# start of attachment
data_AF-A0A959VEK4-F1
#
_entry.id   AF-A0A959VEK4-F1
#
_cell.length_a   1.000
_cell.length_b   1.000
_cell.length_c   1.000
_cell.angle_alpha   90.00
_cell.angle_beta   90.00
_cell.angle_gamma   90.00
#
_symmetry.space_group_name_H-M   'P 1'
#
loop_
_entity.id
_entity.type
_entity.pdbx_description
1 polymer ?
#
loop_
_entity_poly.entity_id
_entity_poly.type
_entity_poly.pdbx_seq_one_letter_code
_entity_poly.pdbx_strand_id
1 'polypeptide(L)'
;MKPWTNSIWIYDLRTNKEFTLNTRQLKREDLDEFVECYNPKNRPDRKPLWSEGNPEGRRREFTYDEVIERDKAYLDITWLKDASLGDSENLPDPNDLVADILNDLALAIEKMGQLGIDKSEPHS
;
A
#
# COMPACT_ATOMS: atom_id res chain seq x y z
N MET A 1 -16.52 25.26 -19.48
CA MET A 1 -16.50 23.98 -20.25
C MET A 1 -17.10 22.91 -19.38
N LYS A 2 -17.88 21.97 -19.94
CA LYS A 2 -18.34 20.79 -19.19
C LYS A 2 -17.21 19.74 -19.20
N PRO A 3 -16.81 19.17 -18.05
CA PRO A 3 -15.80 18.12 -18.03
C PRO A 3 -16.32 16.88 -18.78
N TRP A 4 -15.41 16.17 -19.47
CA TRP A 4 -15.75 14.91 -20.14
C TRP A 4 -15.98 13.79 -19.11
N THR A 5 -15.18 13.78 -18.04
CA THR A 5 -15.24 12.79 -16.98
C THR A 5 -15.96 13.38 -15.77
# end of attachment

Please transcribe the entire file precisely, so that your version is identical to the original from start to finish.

data_AF-A0A959VEK4-F1
#
_entry.id   AF-A0A959VEK4-F1
#
_cell.length_a   1.000
_cell.length_b   1.000
_cell.length_c   1.000
_cell.angle_alpha   90.00
_cell.angle_beta   90.00
_cell.angle_gamma   90.00
#
_symmetry.space_group_name_H-M   'P 1'
#
loop_
_entity.id
_entity.type
_entity.pdbx_description
1 polymer ?
#
loop_
_entity_poly.entity_id
_entity_poly.type
_entity_poly.pdbx_seq_one_letter_code
_entity_poly.pdbx_strand_id
1 'polypeptide(L)'
;MKPWTNSIWIYDLRTNKEFTLNTRQLKREDLDEFVECYNPKNRPDRKPLWSEGNPEGRRREFTYDEVIERDKAYLDITWLKDASLGDSENLPDPNDLVADILNDLALAIEKMGQLGIDKSEPHS
;
A
#
# COMPACT_ATOMS: atom_id res chain seq x y z
N MET A 1 -16.52 25.26 -19.48
CA MET A 1 -16.50 23.98 -20.25
C MET A 1 -17.10 22.91 -19.38
N LYS A 2 -17.88 21.97 -19.94
CA LYS A 2 -18.34 20.79 -19.19
C LYS A 2 -17.21 19.74 -19.20
N PRO A 3 -16.81 19.17 -18.05
CA PRO A 3 -15.80 18.12 -18.03
C PRO A 3 -16.32 16.88 -18.78
N TRP A 4 -15.41 16.17 -19.47
CA TRP A 4 -15.75 14.91 -20.14
C TRP A 4 -15.98 13.79 -19.11
N THR A 5 -15.18 13.78 -18.04
CA THR A 5 -15.24 12.79 -16.98
C THR A 5 -15.96 13.38 -15.77